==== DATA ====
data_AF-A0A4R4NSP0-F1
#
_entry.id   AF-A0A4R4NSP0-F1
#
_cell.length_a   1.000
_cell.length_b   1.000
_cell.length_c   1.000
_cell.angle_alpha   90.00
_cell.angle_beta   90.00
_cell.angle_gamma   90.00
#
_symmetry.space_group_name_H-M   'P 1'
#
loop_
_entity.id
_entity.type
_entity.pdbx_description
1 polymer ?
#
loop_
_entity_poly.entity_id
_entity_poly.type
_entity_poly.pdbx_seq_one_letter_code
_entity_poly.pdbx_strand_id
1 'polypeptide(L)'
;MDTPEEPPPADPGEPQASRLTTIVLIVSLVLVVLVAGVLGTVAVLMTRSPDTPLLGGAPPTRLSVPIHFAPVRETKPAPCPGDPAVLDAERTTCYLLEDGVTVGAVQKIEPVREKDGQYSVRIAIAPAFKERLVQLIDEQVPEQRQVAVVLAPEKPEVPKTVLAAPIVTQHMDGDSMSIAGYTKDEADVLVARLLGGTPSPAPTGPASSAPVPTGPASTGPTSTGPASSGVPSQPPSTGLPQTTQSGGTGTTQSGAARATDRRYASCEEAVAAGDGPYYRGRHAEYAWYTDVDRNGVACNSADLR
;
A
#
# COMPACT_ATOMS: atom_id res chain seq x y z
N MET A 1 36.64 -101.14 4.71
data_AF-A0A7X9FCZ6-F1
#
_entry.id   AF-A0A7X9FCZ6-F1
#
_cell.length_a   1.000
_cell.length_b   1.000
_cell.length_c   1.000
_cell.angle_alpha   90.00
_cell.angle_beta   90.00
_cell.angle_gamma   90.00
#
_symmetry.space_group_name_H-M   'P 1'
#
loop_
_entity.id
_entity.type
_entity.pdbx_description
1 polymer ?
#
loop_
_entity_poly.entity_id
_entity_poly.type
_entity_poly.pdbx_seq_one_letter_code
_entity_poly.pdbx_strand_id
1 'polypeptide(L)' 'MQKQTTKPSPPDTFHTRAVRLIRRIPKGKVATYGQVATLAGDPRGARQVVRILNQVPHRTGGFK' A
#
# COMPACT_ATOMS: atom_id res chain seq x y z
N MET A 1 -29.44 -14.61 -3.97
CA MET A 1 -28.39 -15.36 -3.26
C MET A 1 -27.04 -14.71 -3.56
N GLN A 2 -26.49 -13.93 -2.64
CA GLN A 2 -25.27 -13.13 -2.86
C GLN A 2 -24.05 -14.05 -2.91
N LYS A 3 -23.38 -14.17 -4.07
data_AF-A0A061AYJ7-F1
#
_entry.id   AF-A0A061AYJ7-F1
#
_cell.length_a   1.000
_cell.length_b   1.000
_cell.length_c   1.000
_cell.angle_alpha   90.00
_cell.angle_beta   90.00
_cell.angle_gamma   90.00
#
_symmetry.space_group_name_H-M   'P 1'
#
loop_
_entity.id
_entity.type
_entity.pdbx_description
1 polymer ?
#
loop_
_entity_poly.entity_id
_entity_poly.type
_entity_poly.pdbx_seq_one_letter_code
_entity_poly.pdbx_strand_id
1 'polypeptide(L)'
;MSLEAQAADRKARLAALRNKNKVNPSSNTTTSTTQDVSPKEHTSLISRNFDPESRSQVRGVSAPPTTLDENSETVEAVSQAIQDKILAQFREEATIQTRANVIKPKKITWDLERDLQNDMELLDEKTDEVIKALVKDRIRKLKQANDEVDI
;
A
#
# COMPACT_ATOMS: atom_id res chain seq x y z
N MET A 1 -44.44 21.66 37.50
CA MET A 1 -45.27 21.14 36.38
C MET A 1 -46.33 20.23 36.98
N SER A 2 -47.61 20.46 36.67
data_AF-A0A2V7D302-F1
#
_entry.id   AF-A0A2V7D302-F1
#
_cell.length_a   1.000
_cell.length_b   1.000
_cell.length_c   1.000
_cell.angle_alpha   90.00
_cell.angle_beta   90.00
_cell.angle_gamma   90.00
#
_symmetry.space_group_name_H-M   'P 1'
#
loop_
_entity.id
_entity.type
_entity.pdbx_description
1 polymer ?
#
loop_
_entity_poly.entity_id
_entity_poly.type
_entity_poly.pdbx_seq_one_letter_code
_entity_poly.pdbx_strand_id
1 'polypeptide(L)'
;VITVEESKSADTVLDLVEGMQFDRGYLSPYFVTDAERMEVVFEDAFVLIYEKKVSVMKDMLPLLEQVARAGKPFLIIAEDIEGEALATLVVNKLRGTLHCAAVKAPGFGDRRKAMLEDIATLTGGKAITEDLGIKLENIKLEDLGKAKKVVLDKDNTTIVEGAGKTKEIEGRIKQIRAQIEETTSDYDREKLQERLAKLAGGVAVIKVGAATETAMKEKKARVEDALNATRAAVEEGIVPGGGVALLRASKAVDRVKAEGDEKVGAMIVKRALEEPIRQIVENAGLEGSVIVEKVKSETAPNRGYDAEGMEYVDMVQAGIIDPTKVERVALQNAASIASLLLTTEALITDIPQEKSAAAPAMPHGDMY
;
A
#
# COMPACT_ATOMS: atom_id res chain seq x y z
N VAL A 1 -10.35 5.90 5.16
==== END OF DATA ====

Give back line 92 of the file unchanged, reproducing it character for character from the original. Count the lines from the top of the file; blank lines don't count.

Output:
;